Every year, the United States Department of Agriculture publishes a report about how much it costs to raise a child until age 18 in America. Of course, the information is only an average, and even then, to make any sort of calculation, a lot of assumptions have to be made. After all, raising a child is a very personal experience and the cost varies a lot based on the choices you make, not to mention variations based on where you live. It obviously takes a lot of time to compile all the necessary data, so the report with numbers for 2013, was just released here in fall of 2014.
You can find the full-report, or cute graphics containing the official report’s details at the USDA’s website.
Raising A Child Costs Money
It’s no surprise to any parent that kids can be expensive. Of course, there is food and clothing. Then, there is education, insurance, school supplies, birthday parties, and so on and so on. So, how much does it cost to raise a child from birth to 18? The report breaks out various categories, but the quick version is this:
- Urban West $261,330
- Urban Midwest $240,570
- Urban Northeast $282,480
- Urban South $230,610
- Rural $193,590
That last number is low because housing is typically much lower in rural areas.
So, what goes into that number?
- Housing 30%
- Food 16%
- Transportation 14%
- Clothing 6%
- Health Care 8%
- Child Care & Education 18%
- Miscellaneous 8%
The odd part of all this is that housing number. Assuming that you already have to live somewhere. And, assuming that you didn’t have to specifically buy a larger house just for your kids, then that number is more of an accounting figure than a real cost.
For example, my wife and I bought a nice little house with three bedrooms and a basement a handful of years before our kids were born. That mortgage payment did not increase when we had children. So, while technically, some of that payment is “for” them, in reality, it isn’t really an additional cost. Likewise, while there are some additional lights, the real utility cost for most houses is heating and cooling, which — with the exception of some left open doors — doesn’t really change based on how many people are in the house. And, since housing is by far, the biggest contributing factor to the cost of raising a child, the actual cost in reality is probably far lower.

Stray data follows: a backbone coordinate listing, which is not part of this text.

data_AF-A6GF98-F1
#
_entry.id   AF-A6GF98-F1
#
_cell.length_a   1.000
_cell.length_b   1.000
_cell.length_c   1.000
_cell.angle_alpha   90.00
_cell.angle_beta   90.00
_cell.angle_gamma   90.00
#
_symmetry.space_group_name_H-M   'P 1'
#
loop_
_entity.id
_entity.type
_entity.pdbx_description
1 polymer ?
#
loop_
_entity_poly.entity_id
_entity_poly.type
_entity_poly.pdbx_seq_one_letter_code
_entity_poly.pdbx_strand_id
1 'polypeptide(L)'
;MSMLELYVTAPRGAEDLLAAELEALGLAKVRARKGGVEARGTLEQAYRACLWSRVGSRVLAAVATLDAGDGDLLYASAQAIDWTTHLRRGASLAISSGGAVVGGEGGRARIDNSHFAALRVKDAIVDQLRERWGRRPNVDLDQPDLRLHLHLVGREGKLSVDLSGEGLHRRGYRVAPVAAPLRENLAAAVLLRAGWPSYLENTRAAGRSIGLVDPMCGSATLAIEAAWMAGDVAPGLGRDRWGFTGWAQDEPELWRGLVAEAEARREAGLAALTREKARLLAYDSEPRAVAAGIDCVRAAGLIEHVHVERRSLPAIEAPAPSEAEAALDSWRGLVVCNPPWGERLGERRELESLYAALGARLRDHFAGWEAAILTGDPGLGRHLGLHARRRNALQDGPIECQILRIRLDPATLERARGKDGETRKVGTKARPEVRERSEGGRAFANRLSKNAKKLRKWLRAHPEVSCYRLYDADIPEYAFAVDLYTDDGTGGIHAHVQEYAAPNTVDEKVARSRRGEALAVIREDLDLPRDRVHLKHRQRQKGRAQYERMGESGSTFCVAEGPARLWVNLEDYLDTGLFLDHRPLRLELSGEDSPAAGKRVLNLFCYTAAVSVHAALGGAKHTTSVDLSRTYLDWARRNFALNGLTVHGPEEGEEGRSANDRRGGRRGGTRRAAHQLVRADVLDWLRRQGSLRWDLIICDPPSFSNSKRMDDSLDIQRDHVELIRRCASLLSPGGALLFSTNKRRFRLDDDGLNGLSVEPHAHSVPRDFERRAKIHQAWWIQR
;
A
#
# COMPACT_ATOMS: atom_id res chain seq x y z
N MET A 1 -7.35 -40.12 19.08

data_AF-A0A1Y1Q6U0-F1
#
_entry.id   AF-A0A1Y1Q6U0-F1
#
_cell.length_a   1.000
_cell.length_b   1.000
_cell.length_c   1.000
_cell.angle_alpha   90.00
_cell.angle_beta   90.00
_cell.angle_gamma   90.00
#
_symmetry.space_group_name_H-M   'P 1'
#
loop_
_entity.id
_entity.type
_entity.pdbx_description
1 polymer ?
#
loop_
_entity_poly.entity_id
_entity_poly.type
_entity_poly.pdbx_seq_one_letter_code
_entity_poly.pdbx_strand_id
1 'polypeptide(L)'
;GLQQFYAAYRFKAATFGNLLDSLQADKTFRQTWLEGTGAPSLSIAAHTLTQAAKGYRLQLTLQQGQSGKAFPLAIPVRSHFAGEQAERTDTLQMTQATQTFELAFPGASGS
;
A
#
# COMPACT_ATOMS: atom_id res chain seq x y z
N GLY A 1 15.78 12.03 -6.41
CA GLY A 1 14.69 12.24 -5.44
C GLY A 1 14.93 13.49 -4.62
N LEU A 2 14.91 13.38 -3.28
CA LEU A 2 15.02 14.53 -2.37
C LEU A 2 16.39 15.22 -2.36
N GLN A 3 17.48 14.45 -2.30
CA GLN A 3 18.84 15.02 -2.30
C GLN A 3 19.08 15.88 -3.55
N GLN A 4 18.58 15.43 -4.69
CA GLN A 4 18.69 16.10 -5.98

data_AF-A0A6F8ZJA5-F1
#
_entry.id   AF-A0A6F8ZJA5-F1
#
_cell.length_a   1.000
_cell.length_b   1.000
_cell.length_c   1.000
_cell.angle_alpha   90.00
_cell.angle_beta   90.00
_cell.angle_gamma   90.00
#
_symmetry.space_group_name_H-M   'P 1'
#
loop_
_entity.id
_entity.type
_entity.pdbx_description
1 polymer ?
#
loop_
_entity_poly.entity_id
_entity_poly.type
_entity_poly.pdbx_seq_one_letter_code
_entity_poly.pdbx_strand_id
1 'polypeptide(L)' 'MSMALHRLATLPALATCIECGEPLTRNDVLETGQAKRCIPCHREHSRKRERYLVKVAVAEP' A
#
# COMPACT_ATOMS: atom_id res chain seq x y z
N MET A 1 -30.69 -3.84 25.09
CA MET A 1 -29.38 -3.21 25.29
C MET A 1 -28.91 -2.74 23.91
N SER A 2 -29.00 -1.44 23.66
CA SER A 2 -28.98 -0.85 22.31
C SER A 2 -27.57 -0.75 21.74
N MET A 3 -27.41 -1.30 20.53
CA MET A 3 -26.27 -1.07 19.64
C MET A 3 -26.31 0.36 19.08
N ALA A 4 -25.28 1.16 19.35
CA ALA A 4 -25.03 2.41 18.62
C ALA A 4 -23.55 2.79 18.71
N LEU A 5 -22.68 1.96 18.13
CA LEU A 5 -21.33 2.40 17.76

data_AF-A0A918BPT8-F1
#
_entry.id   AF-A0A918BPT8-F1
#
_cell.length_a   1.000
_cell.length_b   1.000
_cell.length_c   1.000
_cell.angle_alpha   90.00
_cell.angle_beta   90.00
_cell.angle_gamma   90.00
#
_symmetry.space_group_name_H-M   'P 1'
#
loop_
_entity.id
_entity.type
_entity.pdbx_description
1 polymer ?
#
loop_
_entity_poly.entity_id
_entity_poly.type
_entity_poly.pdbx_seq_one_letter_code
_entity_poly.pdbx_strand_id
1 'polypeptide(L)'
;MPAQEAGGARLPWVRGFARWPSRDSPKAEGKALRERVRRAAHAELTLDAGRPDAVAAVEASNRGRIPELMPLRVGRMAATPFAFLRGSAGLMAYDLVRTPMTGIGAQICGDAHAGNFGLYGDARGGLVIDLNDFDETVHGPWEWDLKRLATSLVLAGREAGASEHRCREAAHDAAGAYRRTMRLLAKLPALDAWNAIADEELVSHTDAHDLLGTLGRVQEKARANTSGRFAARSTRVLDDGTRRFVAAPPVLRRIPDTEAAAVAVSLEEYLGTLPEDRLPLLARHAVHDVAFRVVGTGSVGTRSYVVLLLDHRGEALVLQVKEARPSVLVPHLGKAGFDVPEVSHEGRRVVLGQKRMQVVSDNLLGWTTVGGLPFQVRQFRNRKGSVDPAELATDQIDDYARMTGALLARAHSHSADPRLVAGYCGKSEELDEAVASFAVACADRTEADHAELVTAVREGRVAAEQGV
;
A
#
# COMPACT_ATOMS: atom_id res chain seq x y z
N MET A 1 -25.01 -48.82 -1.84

Of course, if you bought a bigger house to contain a larger family, or if you had to rent a larger apartment, that could be directly pinned on those little ones.
On the other hand, one of the expenses most parents worry about is not included in the above totals, the cost of sending your kids to college.
Technically, this makes sense because the numbers are only for under age 18, and most kids don’t go to college during that time. However, saving ahead for college is a smart move, and no matter what the accounting rules say, those 529 contributions do come out of your income while you are making them. So, don’t forget to add $41,000 for private colleges, or $18,000 for public universities.
What’s the Point?
Of course, chances are there is actually little to nothing you can do with this information. The Cost of Raising a Child Calculator says that you can create an annual cost to help you plan for overall expenses. Again, I’m not really sure how this helps. If you already have kids, the cost of them is irrelevant. Your budget is your budget, it doesn’t matter how much goes to you, your spouse, or your children. There is the issue about buying life insurance, but for the most part, you don’t buy life insurance based on a calculation for how much your kids cost, so much as how much of your income you want to replace.
In other words, I have no idea why the government creates this report other than it gives the media a news story for a week or two.
If you want to see how much your kids cost you, just check your budget.
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